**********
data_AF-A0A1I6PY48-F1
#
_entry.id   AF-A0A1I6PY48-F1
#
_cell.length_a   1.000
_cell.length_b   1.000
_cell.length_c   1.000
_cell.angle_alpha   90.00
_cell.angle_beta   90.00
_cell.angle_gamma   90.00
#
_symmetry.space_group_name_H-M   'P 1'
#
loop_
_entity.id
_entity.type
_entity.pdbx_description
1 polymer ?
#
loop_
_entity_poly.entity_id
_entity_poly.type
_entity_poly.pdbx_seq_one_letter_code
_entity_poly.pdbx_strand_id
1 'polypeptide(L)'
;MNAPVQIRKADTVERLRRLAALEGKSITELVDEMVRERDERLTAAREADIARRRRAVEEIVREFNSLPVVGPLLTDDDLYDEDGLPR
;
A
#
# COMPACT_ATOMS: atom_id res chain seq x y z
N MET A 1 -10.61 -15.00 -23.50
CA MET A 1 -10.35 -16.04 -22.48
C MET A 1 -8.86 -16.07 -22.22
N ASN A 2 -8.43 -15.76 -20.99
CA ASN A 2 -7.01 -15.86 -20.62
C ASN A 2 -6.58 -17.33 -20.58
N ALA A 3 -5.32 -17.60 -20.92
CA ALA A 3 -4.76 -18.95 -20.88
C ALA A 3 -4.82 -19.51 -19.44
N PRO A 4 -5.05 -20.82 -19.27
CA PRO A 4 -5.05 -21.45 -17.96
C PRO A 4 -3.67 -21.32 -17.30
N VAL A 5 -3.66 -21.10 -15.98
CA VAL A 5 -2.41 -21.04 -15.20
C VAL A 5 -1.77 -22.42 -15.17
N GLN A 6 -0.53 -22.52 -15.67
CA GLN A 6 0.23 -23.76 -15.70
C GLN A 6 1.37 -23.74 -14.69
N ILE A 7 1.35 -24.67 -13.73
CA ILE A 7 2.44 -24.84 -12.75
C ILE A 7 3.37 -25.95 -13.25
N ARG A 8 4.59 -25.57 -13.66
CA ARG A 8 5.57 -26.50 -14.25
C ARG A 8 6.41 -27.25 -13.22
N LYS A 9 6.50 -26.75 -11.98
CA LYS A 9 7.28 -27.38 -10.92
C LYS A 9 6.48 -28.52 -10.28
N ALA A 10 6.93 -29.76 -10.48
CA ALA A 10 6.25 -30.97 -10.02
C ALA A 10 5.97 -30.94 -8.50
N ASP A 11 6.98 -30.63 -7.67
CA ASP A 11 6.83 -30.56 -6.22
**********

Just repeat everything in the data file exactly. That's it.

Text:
data_AF-A0A1I6PY48-F1
#
_entry.id   AF-A0A1I6PY48-F1
#
_cell.length_a   1.000
_cell.length_b   1.000
_cell.length_c   1.000
_cell.angle_alpha   90.00
_cell.angle_beta   90.00
_cell.angle_gamma   90.00
#
_symmetry.space_group_name_H-M   'P 1'
#
loop_
_entity.id
_entity.type
_entity.pdbx_description
1 polymer ?
#
loop_
_entity_poly.entity_id
_entity_poly.type
_entity_poly.pdbx_seq_one_letter_code
_entity_poly.pdbx_strand_id
1 'polypeptide(L)'
;MNAPVQIRKADTVERLRRLAALEGKSITELVDEMVRERDERLTAAREADIARRRRAVEEIVREFNSLPVVGPLLTDDDLYDEDGLPR
;
A
#
# COMPACT_ATOMS: atom_id res chain seq x y z
N MET A 1 -10.61 -15.00 -23.50
CA MET A 1 -10.35 -16.04 -22.48
C MET A 1 -8.86 -16.07 -22.22
N ASN A 2 -8.43 -15.76 -20.99
CA ASN A 2 -7.01 -15.86 -20.62
C ASN A 2 -6.58 -17.33 -20.58
N ALA A 3 -5.32 -17.60 -20.92
CA ALA A 3 -4.76 -18.95 -20.88
C ALA A 3 -4.82 -19.51 -19.44
N PRO A 4 -5.05 -20.82 -19.27
CA PRO A 4 -5.05 -21.45 -17.96
C PRO A 4 -3.67 -21.32 -17.30
N VAL A 5 -3.66 -21.10 -15.98
CA VAL A 5 -2.41 -21.04 -15.20
C VAL A 5 -1.77 -22.42 -15.17
N GLN A 6 -0.53 -22.52 -15.67
CA GLN A 6 0.23 -23.76 -15.70
C GLN A 6 1.37 -23.74 -14.69
N ILE A 7 1.35 -24.67 -13.73
CA ILE A 7 2.44 -24.84 -12.75
C ILE A 7 3.37 -25.95 -13.25
N ARG A 8 4.59 -25.57 -13.66
CA ARG A 8 5.57 -26.50 -14.25
C ARG A 8 6.41 -27.25 -13.22
N LYS A 9 6.50 -26.75 -11.98
CA LYS A 9 7.28 -27.38 -10.92
C LYS A 9 6.48 -28.52 -10.28
N ALA A 10 6.93 -29.76 -10.48
CA ALA A 10 6.25 -30.97 -10.02
C ALA A 10 5.97 -30.94 -8.50
N ASP A 11 6.98 -30.63 -7.67
CA ASP A 11 6.83 -30.56 -6.22